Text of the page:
We have, and continue to take on, Benefactor Members, like The Freedom Group, to help us reach our goals. We have and will continue to work with groups like the National Rifle Association, Safari Club International, The Sporting Arms and Ammunition Manufacturers' Institute (SAAMI), and The National Shooting Sports Foundation, to do one important thing: represent your interests as NFA owners and collectors. That initiative requires time, money, and the right kind of experience to make a difference in a world that is, many times, not so friendly. What we do isn't cheap and it takes more time and energy than you could ever imagine. We have managed and continue to maintain a presence at every single point of enforcement and legislative interest that can and will affect our NFA community. If you want to refer to what the NFATCA does as a "Boys Club," then you simply don't understand what it takes to make a difference with the right of NFA ownership. Of course it doesn't take a rocket scientist to realize that if you personally are not at the forefront of someone else's success, it's easy to find fault in something you had absolutely nothing to do with.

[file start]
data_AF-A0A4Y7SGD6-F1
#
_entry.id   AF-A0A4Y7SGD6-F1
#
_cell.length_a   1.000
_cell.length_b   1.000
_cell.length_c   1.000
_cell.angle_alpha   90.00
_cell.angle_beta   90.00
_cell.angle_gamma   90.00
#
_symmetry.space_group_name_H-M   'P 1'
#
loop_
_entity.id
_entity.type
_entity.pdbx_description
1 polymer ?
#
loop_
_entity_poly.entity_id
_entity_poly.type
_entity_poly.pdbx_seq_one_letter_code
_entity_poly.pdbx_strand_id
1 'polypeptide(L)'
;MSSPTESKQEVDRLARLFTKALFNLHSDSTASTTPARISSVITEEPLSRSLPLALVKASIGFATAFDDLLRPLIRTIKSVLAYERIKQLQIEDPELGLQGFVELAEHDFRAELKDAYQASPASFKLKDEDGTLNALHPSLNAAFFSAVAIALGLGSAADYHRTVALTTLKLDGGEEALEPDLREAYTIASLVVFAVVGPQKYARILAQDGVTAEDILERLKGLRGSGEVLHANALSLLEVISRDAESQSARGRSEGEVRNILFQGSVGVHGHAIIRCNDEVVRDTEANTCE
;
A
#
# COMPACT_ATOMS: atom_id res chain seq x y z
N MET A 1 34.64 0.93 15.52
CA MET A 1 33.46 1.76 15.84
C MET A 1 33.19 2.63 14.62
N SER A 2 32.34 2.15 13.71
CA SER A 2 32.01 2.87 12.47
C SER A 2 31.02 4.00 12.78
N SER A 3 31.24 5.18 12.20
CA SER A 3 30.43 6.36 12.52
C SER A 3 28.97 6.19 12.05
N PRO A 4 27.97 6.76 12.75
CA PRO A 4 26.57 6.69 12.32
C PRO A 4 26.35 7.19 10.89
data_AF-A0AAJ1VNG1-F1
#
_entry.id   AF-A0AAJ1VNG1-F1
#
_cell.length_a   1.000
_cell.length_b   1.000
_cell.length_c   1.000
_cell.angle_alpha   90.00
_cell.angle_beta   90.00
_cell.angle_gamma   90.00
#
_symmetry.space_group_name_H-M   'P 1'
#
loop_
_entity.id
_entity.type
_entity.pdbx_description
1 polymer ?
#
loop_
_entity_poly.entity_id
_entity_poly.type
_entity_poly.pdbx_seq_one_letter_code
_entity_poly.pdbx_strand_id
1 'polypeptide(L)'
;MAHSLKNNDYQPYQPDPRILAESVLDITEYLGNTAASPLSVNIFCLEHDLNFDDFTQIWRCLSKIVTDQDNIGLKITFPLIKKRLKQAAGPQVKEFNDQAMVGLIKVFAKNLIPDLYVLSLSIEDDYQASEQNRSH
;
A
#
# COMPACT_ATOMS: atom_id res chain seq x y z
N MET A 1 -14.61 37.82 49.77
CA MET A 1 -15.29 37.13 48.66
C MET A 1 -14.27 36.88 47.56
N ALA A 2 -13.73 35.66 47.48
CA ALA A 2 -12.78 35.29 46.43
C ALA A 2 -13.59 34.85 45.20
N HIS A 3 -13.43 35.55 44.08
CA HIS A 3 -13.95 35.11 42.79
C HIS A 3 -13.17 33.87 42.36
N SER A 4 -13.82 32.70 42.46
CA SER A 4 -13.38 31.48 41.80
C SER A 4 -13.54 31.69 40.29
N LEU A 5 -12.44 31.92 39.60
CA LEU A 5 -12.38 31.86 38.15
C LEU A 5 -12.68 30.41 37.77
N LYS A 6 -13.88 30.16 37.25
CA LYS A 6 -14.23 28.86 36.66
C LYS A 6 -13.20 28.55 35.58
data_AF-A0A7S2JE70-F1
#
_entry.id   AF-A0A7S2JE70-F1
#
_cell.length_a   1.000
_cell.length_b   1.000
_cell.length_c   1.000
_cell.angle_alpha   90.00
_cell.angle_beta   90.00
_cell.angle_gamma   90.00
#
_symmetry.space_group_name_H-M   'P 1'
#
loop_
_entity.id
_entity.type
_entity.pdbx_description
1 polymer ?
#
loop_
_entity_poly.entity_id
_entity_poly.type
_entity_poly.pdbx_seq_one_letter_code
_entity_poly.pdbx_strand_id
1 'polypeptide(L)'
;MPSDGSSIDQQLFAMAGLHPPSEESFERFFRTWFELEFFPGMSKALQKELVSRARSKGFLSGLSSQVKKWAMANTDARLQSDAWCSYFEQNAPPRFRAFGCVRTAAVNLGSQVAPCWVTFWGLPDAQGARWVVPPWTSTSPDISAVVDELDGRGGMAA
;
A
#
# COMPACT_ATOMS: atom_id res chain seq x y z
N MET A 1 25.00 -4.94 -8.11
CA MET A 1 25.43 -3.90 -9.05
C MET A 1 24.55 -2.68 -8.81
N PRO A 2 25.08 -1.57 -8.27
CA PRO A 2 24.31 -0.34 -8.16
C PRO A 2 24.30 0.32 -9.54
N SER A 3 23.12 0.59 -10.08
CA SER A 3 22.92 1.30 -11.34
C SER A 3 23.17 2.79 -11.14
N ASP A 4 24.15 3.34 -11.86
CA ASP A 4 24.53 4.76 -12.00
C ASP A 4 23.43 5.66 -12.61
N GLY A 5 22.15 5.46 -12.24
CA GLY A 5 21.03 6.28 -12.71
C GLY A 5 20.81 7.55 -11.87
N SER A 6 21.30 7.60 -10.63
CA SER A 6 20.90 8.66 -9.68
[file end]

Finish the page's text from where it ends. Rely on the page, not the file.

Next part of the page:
I often refer members to the NFATCA's incorporation statement to remind me of what we are supposed to be all about:

The NFATCA Operating Charter

This corporation is organized as a non-profit corporation for the following purpose: To promote the interests of the general community comprised of collectors, manufacturers, importers and dealers of firearms and devices regulated by the National Firearms Act; to promote educational and cultural interest in the firearms and devices covered by the National Firearms Act; to address matters of public policy regarding firearms, in general; to encourage research, development and innovation in the firearms community; to encourage the lawful use of firearms; and to engage in any other lawful activity as instructed by the corporation's Board of Directors.

You don't have to look far to see the results of our charter. Most have seen the NFA Handbook, now in its fourth iteration, or the working version of the Firearms Technology Handbook, or the less than half dozen rulings that we have been responsible for working side by side with ATF in the making. We are often amazed at how fast some people forget that the NFATCA was the single organization that pulled the FNC ruling out of the fire and into a safe haven. But then too we can understand that if you didn't come forward and help you should feel left out and probably a little angry and jealous of a success story where you could have made a difference. It's not too late for you to step up.

I'm certain that the old expression on this particular topic is more than appropriate at this juncture, "Enough Said".

Why don't you come and join us today and lend your personal expertise to our endeavors. You too can make a difference with your time, your experience, and a mere fifty dollars. Come visit us at www.nfatca.org.

This article first appeared in Small Arms Review V14N7 (April 2011)
and was posted online on November 1, 2011